verity 6 years, 5 months ago

First of all, $200,000 is not 6% of either $717,000 or $740,000.

Secondly, where is the rest of the money going? What are the salaries of the "gambling specialists" and what are they doing?

This story cries for more information.

Kendall Simmons 6 years, 5 months ago

You're using the wrong figures. Read it again :-)

verity 6 years, 5 months ago

OK, I see that it's 6% of three million, but that still doesn't make $200,000. But my question still stands---where is the rest of the alloted money ($717,000) going?

The Topeka C-J says, "The Kansas Legislature diverted $900,000 to fill a budget hole, while more than $1.3 million finances Medicaid" which explains where the rest of the three million is going---and leads to another question: Is that legal?

verity 6 years, 5 months ago

Just read the story in the TC-P and this AP article was lifted from that pretty much word for word, while leaving much out. Can they do that---is it not plagiarism? Maybe they have an agreement?

However, even the expanded article doesn't answer my questions.

impska 6 years, 5 months ago

The Associated Press is not an actual newspaper, but more like a clearing house for articles. News agencies pay them a fee for membership, or by the article, and in exchange they are allowed to lift AP articles and print them. Since you read a more complete version somewhere, I assume they are also allowed to edit them (probably due to space constraints in print newspapers).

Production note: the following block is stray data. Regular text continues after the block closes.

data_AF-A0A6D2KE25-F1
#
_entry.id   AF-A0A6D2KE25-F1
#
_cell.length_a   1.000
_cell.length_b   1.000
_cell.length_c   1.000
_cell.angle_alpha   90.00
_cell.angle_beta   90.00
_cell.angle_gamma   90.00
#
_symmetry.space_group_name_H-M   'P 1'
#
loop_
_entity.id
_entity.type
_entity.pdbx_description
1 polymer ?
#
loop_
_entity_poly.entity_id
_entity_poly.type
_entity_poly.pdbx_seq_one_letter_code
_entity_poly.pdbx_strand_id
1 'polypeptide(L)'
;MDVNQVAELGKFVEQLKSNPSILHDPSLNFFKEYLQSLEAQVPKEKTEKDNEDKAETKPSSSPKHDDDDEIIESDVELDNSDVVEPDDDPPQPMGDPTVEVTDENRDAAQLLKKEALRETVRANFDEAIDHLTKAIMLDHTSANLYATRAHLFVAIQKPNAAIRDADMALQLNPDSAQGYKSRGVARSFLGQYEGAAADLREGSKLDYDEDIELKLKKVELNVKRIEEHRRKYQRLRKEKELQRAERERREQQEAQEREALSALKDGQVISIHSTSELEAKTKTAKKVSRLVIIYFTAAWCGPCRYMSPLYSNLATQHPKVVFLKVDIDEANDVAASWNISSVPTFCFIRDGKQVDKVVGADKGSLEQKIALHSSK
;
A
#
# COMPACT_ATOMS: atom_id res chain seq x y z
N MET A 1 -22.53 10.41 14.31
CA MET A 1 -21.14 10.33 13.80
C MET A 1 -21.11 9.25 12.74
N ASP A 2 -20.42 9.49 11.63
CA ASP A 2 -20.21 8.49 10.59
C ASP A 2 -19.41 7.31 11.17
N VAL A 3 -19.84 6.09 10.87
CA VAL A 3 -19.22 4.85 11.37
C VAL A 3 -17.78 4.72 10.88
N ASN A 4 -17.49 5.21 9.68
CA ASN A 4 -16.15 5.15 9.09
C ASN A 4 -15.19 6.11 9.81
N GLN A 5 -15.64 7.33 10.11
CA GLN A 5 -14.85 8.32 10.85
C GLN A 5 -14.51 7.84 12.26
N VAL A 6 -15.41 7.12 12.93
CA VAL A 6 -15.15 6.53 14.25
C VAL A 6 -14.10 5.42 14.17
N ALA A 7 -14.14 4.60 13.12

It's not plagiarism because they not only pay for the content, but they give the AP credit for the article.

verity 6 years, 5 months ago

What confused me is that the article originated at the Topeka C-J (if you go to the link in the article, you will find it) and the AP picked part up of it---or maybe they picked it all up and the LJW choose to run only part of it. I am aware of news agencies like AP, but wasn't aware that it apparently goes the other way also---although that does make sense. In this case, it seems like the author at the TC-J should have received credit.

Fossick 6 years, 5 months ago

"The casinos and Kansas Lottery are expected to generate about $3 million expected to be generated this fiscal year."

Is there an editor in the house?

That said, where's the story? If 2% of gambling revenue is supposed to go into the fund, and 2% is going into the fund, what's the ish? If 2% is supposed to go in but is not, why isn't the story saying that?

It just seems like this weird amalgam of unrelated facts, linked to a newspaper in another city, whose story contains a completely different focus.

Sunny Parker 6 years, 5 months ago

They are wanting some brownie bashers to weigh in!

verity 6 years, 5 months ago

If you follow the link in the third paragraph, you'll see that the story originated at the Topeka Capital-Journal and this is a truncated version of it---that story gives more information, but still leaves many questions unanswered.